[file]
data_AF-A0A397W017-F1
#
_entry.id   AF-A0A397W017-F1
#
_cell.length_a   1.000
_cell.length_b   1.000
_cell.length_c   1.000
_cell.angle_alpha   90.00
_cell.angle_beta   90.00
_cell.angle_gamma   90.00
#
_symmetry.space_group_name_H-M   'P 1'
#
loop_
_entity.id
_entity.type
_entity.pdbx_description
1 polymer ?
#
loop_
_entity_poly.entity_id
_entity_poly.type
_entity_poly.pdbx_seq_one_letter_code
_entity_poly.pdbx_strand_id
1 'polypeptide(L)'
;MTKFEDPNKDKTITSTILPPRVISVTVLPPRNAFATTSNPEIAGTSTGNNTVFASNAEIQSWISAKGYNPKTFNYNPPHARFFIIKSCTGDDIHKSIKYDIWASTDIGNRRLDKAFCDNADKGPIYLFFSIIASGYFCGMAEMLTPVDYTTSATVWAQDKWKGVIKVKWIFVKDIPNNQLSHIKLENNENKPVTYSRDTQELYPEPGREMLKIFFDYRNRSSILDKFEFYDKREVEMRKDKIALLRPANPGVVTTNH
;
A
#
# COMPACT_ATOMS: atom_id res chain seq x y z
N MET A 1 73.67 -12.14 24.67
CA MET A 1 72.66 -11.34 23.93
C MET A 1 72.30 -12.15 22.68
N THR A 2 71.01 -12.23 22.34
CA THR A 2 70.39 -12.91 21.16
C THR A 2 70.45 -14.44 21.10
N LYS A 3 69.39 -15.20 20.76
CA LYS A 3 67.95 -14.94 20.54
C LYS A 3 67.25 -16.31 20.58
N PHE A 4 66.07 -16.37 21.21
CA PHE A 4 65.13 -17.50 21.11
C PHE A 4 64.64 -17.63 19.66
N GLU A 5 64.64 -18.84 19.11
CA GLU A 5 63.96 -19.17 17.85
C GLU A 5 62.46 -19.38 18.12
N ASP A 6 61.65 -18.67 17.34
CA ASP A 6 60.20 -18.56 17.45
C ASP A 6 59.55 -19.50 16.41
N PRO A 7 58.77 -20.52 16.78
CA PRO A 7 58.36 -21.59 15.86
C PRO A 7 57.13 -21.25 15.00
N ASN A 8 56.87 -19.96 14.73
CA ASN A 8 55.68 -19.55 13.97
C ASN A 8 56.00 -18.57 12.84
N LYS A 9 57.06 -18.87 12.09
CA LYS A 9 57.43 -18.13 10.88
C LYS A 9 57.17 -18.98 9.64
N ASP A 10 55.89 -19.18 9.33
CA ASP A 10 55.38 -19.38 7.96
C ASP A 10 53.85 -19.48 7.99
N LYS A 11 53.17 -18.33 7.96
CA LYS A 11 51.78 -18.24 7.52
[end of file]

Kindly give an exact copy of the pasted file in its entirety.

data_AF-A0A397W017-F1
#
_entry.id   AF-A0A397W017-F1
#
_cell.length_a   1.000
_cell.length_b   1.000
_cell.length_c   1.000
_cell.angle_alpha   90.00
_cell.angle_beta   90.00
_cell.angle_gamma   90.00
#
_symmetry.space_group_name_H-M   'P 1'
#
loop_
_entity.id
_entity.type
_entity.pdbx_description
1 polymer ?
#
loop_
_entity_poly.entity_id
_entity_poly.type
_entity_poly.pdbx_seq_one_letter_code
_entity_poly.pdbx_strand_id
1 'polypeptide(L)'
;MTKFEDPNKDKTITSTILPPRVISVTVLPPRNAFATTSNPEIAGTSTGNNTVFASNAEIQSWISAKGYNPKTFNYNPPHARFFIIKSCTGDDIHKSIKYDIWASTDIGNRRLDKAFCDNADKGPIYLFFSIIASGYFCGMAEMLTPVDYTTSATVWAQDKWKGVIKVKWIFVKDIPNNQLSHIKLENNENKPVTYSRDTQELYPEPGREMLKIFFDYRNRSSILDKFEFYDKREVEMRKDKIALLRPANPGVVTTNH
;
A
#
# COMPACT_ATOMS: atom_id res chain seq x y z
N MET A 1 73.67 -12.14 24.67
CA MET A 1 72.66 -11.34 23.93
C MET A 1 72.30 -12.15 22.68
N THR A 2 71.01 -12.23 22.34
CA THR A 2 70.39 -12.91 21.16
C THR A 2 70.45 -14.44 21.10
N LYS A 3 69.39 -15.20 20.76
CA LYS A 3 67.95 -14.94 20.54
C LYS A 3 67.25 -16.31 20.58
N PHE A 4 66.07 -16.37 21.21
CA PHE A 4 65.13 -17.50 21.11
C PHE A 4 64.64 -17.63 19.66
N GLU A 5 64.64 -18.84 19.11
CA GLU A 5 63.96 -19.17 17.85
C GLU A 5 62.46 -19.38 18.12
N ASP A 6 61.65 -18.67 17.34
CA ASP A 6 60.20 -18.56 17.45
C ASP A 6 59.55 -19.50 16.41
N PRO A 7 58.77 -20.52 16.78
CA PRO A 7 58.36 -21.59 15.86
C PRO A 7 57.13 -21.25 15.00
N ASN A 8 56.87 -19.96 14.73
CA ASN A 8 55.68 -19.55 13.97
C ASN A 8 56.00 -18.57 12.84
N LYS A 9 57.06 -18.87 12.09
CA LYS A 9 57.43 -18.13 10.88
C LYS A 9 57.17 -18.98 9.64
N ASP A 10 55.89 -19.18 9.33
CA ASP A 10 55.38 -19.38 7.96
C ASP A 10 53.85 -19.48 7.99
N LYS A 11 53.17 -18.33 7.96
CA LYS A 11 51.78 -18.24 7.52